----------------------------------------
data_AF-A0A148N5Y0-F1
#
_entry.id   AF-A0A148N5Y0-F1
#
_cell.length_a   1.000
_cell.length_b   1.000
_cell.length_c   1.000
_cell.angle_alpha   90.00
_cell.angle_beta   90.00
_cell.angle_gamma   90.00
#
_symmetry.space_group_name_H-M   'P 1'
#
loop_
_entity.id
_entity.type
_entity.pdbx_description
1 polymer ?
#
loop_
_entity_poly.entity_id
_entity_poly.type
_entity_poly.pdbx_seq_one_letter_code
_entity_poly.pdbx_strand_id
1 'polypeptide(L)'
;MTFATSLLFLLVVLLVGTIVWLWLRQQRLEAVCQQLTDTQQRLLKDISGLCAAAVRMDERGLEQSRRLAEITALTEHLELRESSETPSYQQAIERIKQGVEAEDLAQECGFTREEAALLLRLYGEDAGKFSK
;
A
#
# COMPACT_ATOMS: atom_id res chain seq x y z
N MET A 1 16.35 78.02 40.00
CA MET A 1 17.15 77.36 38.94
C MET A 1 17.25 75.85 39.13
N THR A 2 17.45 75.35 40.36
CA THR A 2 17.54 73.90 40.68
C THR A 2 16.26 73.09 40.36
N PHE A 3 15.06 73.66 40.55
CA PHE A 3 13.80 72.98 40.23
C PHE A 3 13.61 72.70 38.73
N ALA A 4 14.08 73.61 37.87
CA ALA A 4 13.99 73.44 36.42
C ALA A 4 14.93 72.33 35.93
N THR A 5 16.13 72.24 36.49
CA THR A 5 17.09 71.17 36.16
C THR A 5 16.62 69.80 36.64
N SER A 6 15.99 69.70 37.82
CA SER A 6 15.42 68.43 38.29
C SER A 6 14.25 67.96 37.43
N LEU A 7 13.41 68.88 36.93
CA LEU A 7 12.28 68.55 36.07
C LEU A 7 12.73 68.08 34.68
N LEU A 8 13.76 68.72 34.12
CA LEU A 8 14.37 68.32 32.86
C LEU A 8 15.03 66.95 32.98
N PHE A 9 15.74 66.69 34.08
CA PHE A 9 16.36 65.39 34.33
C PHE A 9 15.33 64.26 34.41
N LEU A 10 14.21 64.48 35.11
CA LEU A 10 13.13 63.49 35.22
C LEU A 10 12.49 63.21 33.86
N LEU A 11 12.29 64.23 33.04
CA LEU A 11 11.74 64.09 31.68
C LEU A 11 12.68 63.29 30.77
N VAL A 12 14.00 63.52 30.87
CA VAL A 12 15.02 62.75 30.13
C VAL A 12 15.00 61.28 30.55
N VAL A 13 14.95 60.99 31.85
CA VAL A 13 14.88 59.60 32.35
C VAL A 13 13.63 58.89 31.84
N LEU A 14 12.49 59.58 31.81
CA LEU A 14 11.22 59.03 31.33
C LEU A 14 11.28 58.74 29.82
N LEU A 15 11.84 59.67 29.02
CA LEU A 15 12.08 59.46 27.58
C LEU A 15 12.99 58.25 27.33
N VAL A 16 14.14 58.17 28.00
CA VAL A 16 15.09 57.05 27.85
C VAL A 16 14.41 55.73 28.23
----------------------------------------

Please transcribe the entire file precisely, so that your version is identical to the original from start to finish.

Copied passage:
data_AF-A0A148N5Y0-F1
#
_entry.id   AF-A0A148N5Y0-F1
#
_cell.length_a   1.000
_cell.length_b   1.000
_cell.length_c   1.000
_cell.angle_alpha   90.00
_cell.angle_beta   90.00
_cell.angle_gamma   90.00
#
_symmetry.space_group_name_H-M   'P 1'
#
loop_
_entity.id
_entity.type
_entity.pdbx_description
1 polymer ?
#
loop_
_entity_poly.entity_id
_entity_poly.type
_entity_poly.pdbx_seq_one_letter_code
_entity_poly.pdbx_strand_id
1 'polypeptide(L)'
;MTFATSLLFLLVVLLVGTIVWLWLRQQRLEAVCQQLTDTQQRLLKDISGLCAAAVRMDERGLEQSRRLAEITALTEHLELRESSETPSYQQAIERIKQGVEAEDLAQECGFTREEAALLLRLYGEDAGKFSK
;
A
#
# COMPACT_ATOMS: atom_id res chain seq x y z
N MET A 1 16.35 78.02 40.00
CA MET A 1 17.15 77.36 38.94
C MET A 1 17.25 75.85 39.13
N THR A 2 17.45 75.35 40.36
CA THR A 2 17.54 73.90 40.68
C THR A 2 16.26 73.09 40.36
N PHE A 3 15.06 73.66 40.55
CA PHE A 3 13.80 72.98 40.23
C PHE A 3 13.61 72.70 38.73
N ALA A 4 14.08 73.61 37.87
CA ALA A 4 13.99 73.44 36.42
C ALA A 4 14.93 72.33 35.93
N THR A 5 16.13 72.24 36.49
CA THR A 5 17.09 71.17 36.16
C THR A 5 16.62 69.80 36.64
N SER A 6 15.99 69.70 37.82
CA SER A 6 15.42 68.43 38.29
C SER A 6 14.25 67.96 37.43
N LEU A 7 13.41 68.88 36.93
CA LEU A 7 12.28 68.55 36.07
C LEU A 7 12.73 68.08 34.68
N LEU A 8 13.76 68.72 34.12
CA LEU A 8 14.37 68.32 32.86
C LEU A 8 15.03 66.95 32.98
N PHE A 9 15.74 66.69 34.08
CA PHE A 9 16.36 65.39 34.33
C PHE A 9 15.33 64.26 34.41
N LEU A 10 14.21 64.48 35.11
CA LEU A 10 13.13 63.49 35.22
C LEU A 10 12.49 63.21 33.86
N LEU A 11 12.29 64.23 33.04
CA LEU A 11 11.74 64.09 31.68
C LEU A 11 12.68 63.29 30.77
N VAL A 12 14.00 63.52 30.87
CA VAL A 12 15.02 62.75 30.13
C VAL A 12 15.00 61.28 30.55
N VAL A 13 14.95 60.99 31.85
CA VAL A 13 14.88 59.60 32.35
C VAL A 13 13.63 58.89 31.84
N LEU A 14 12.49 59.58 31.81
CA LEU A 14 11.22 59.03 31.33
C LEU A 14 11.28 58.74 29.82
N LEU A 15 11.84 59.67 29.02
CA LEU A 15 12.08 59.46 27.58
C LEU A 15 12.99 58.25 27.33
N VAL A 16 14.14 58.17 28.00
CA VAL A 16 15.09 57.05 27.85
C VAL A 16 14.41 55.73 28.23